New electric two- and three-wheelers intended for everyday family use with child seats also available
Expressing a belief that e-cargo bikes will play, “a central role in our future,” Raleigh has introduced a new range, primarily aimed at families. The firm says its Stride bikes are, “designed to transform everyday trips and unlock a new sense of freedom, fun and discovery.”
Raleigh has a whole section of its business dedicated to encouraging UK businesses to use cargo bikes for greener last mile solutions, but has geared its latest offering more towards domestic uses.
There are two Stride models with names that should allow you to pretty easily distinguish between them. Stride 2 is a two-wheeled bike. Stride 3 is a larger three-wheeled trike. (Give us the Stride 1, Raleigh!)
The one-size-fits-all steel bikes come in black with a dash of mustard-yellow and feature the Bosch Performance CX Cargo Line motor with a 500Wh removable battery. Raleigh reckons this is good for 30-40 miles with recharge time of just under 4.5 hours.
Other than that, you get an Enviolo Cargo hub and shifters, hydraulic disc brakes, integrated front and rear lights, an attached ring lock and mudguards.
Stride also has an EEP foam box on the front that can hold up to 80kg of cargo or 100kg for the three-wheeler.
A range of accessories are also in the offing, including a rain tent; box and bike covers; baby and toddler seats; bench cushions; and Maxi Cosi car seat brackets.
While intended primarily for everyday use, Raleigh are at pains to emphasise that the two Strides would also work for small independent business owners looking to become more eco-friendly, “without burning the bank, or their legs.”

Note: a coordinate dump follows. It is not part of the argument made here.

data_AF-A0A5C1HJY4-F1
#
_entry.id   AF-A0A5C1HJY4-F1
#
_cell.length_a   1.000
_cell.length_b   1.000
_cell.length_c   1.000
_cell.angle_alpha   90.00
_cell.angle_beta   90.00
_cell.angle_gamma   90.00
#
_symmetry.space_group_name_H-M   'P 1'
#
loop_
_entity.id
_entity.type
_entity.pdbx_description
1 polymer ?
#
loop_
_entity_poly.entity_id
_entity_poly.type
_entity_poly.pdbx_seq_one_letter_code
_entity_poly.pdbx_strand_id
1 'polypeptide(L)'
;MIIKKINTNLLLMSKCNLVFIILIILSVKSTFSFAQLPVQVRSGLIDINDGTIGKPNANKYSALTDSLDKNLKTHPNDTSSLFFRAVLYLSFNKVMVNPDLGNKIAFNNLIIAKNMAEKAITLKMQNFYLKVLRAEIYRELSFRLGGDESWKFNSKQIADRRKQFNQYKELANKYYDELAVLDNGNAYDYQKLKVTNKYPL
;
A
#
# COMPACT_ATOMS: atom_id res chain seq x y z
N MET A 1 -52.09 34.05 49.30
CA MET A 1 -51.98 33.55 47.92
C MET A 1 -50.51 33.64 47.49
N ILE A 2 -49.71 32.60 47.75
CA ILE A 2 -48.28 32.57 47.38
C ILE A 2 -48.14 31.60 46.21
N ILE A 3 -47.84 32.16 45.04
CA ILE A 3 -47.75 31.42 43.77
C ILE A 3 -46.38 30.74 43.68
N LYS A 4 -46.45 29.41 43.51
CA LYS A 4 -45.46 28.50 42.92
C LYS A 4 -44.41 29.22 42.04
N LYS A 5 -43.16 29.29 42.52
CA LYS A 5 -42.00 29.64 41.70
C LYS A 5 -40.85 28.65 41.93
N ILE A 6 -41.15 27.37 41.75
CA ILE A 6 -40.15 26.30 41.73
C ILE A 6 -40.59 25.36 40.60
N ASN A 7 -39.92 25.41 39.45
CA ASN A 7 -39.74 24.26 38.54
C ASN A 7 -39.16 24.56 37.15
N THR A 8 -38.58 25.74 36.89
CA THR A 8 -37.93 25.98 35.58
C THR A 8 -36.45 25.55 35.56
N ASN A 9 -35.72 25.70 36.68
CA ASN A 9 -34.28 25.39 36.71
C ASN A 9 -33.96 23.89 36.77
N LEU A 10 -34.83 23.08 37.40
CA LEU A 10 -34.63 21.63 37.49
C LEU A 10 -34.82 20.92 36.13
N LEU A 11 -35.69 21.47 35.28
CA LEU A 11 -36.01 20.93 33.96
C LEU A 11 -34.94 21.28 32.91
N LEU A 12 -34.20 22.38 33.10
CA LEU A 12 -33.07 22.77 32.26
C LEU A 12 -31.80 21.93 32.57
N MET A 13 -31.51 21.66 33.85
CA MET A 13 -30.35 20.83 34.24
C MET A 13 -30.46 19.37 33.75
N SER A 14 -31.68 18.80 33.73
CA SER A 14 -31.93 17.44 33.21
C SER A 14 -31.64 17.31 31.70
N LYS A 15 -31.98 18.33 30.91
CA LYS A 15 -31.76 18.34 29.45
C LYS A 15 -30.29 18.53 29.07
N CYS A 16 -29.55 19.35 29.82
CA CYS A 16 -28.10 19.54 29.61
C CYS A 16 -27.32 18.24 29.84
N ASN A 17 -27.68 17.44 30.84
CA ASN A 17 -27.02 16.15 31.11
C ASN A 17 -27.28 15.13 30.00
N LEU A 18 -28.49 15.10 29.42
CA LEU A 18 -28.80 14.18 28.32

The Stride 2 is available for £4,395, while the Stride 3 trike costs £4,695.
The bikes were launched at the Lee Valley VeloPark in Stratford, in the shadow of the velodrome that hosted the track events at the London 2012 Olympic Games.
Raleigh’s managing director, Lee Kidger, told us that the country is at a “crossroads” in how people get around and there was a huge opportunity for cargo bikes, adding that he expected the two-wheel version of the Stride to appeal more to those who already ride, and the three-wheel one to attract those switching to cycling from cars.
“People want to get on bicycles, whether that’s e-bikes, cargo bikes or standard bikes,” he said. “I think we are at a cultural shift at the moment and the pandemic forced people to change, they had to, because you couldn’t go to the gym, you couldn’t go to the office, et cetera.
“Now is the time to make that habit permanent, and if we do that, we can get a lot more people on bikes.
“There’s a lot of sustainability efforts, decarbonisation, Gear Change, all that kind of stuff, and if we make the change and make it accessible for people to ride, not only for leisure and fitness but for transport, I think that’s the big one.
“And what cargo bikes can do, is you can ask yourself the question, if you’ve got two cars, do you need two cars? Car two typically does no more than 10 miles on a journey – going to the shops, dropping the kids off – and a cargo bike is probably a cheaper, more viable, long-term solution.
“And that’s why we’re putting so much focus and effort behind it, because we think that it can change people’s lives,” he continued. “Not only because they’re getting out, they’re getting exercise, they’re not sitting in cars, but also just to drive the CO2 emissions down.”
“I really think these bikes should appeal to non-cyclists, and that’s what we’re doing at Raleigh, focusing on non-cyclists rather than cyclists,” said Kidger.
“Asked how the company planned to reach them, he replied: “Through the mainstream media. Expect them to know nothing, then tell them how to use the bike.”
He added: “We are on an educational drive. Five years ago we launched the Raleigh Motus, which is our flagship e-bike, and we now talk to people about how to use that, not in the technical terms, how many gears it’s got, but how many miles can you get on the battery, how do you charge the battery, how do you charge your phone from an e-bike?
“These are all bits of content that people want, because that’s the non-cyclist’s mentality – how do we change non-cyclists to cyclists, that’s what we’re doing.”